Deluge is not an illustration of Noah's fidelity; it is a practice of creative reliance and response. The work is based on a paint-by-number kit. The paint-by-number process is one that requires the painter to faithfully follow instructions. In Deluge, Chase followed these received designs in painting the figure of Noah, but the rest of the painting is modified. Chase mixed the kit's twenty-one colours, each individually designated across the painting's lower edge, and then painted each area of the paint-by-numbers painting individually, leaving the numbers revealed. Thus in the painting's dialectic—I-thou, process of dependence and creativity—Deluge is a devotional work that unites free will and determinism. Chase chose this paint-by-number kit. The paint-by-number kit is prescriptive and limiting; it contains twenty-one colours, not chosen by Chase. Chase both embraces the kit's limits and applies his own creativity to them. Deluge, in its visual form, explores and exposes the paint-by-number kit's structure as corresponding to the artistic and faith experience. This form, and the process manifested in the form, is not independent of Deluge's theme of faithfulness. In Deluge, the content, form, and process are indistinguishable. This makes Deluge both a strong work of art and a direct challenge to the presuppositions of religious-art appreciation.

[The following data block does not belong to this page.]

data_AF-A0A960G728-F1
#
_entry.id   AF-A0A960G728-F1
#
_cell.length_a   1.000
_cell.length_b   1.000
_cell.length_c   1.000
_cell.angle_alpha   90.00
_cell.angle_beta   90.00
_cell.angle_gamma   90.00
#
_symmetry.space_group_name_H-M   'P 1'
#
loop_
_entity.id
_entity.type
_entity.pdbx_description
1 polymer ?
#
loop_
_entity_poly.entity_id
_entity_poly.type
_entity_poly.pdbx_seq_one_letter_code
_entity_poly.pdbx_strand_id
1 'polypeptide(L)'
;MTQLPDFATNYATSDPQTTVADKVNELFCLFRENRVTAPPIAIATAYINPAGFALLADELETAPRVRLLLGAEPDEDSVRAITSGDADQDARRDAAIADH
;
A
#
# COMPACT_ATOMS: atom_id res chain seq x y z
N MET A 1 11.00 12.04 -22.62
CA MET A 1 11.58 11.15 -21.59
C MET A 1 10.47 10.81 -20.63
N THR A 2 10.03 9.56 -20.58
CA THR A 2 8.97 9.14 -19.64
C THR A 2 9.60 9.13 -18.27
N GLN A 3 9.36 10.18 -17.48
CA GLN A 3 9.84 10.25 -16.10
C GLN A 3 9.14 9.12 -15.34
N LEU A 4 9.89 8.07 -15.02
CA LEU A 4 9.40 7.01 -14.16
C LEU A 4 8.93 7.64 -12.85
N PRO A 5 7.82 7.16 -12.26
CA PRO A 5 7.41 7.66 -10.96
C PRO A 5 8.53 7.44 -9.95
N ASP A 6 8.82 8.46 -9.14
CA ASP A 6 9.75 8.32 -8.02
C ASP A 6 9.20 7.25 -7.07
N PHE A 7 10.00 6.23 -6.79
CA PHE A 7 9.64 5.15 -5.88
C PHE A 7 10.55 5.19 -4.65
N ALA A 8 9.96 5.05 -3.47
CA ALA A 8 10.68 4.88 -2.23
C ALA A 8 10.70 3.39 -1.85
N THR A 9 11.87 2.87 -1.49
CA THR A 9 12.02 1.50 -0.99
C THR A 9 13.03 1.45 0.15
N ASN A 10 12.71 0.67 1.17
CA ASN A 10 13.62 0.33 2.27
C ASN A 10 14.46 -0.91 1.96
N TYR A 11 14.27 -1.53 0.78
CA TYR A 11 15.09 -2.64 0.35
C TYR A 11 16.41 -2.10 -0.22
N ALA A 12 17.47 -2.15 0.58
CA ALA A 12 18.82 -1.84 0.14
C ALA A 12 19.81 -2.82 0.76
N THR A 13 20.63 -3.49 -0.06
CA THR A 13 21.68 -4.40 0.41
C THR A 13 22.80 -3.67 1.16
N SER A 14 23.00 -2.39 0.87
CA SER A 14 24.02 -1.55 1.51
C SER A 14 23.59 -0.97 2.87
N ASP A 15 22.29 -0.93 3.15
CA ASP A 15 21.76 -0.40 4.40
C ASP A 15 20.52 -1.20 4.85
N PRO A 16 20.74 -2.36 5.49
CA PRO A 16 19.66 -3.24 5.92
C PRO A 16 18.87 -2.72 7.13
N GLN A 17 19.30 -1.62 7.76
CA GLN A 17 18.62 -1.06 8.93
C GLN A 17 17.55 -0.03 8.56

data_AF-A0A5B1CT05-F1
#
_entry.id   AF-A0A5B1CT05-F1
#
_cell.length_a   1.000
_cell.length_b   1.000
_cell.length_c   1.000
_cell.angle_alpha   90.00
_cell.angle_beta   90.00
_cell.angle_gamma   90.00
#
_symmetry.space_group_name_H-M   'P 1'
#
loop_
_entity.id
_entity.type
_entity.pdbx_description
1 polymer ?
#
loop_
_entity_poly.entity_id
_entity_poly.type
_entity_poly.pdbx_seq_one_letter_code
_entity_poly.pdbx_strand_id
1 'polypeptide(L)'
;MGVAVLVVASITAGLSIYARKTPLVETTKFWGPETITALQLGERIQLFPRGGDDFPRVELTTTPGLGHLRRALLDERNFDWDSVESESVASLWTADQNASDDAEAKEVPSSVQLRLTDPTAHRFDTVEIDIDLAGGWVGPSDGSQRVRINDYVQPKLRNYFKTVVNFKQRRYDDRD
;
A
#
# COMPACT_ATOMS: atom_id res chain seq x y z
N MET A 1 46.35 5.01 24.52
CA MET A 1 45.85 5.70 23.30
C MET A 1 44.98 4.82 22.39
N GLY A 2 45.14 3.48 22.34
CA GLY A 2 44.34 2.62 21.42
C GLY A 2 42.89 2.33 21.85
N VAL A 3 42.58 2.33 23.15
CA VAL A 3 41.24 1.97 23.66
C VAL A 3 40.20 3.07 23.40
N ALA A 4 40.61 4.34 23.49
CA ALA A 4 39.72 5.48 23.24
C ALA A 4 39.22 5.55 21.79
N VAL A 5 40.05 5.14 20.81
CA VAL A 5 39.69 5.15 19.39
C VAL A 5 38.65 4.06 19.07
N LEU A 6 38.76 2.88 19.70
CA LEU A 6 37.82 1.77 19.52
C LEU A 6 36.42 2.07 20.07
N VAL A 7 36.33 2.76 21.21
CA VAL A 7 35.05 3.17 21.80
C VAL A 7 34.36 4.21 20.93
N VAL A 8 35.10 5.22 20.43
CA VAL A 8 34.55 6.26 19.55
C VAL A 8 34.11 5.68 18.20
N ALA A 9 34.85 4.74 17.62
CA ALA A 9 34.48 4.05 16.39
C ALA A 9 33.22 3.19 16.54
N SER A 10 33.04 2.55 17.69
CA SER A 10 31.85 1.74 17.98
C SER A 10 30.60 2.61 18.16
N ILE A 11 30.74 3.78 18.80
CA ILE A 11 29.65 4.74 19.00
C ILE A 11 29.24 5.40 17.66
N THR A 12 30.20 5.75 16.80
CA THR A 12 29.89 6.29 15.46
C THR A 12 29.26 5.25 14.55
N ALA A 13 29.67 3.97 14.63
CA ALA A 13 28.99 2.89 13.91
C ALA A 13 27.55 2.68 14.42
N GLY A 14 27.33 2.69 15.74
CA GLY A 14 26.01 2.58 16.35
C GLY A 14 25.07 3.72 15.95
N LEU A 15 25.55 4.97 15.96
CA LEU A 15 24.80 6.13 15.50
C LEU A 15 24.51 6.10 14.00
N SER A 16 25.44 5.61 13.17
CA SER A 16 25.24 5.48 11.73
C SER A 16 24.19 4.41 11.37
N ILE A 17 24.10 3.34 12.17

Chase's Untitled and Deluge are studies in the complex process by which attentiveness may lead to self-awareness, as well as how one might respond in faithfulness to the recognition of one's spiritual condition and dependent relationship with God. As such, these works of art necessarily confront the type of distracted, egocentric, and apathetic tendencies that are symptomatic of art appreciation and which keep us from greater maturation as visual and spiritual persons. However, Chase's art is never belligerent; instead he models, in the process of his art making, an attitude of worship. He allows this positive example to be its own exposure of the negative. So his art is not confined to an arena of critique; it draws us into a renewed relationship with the world, with ourselves, and with God.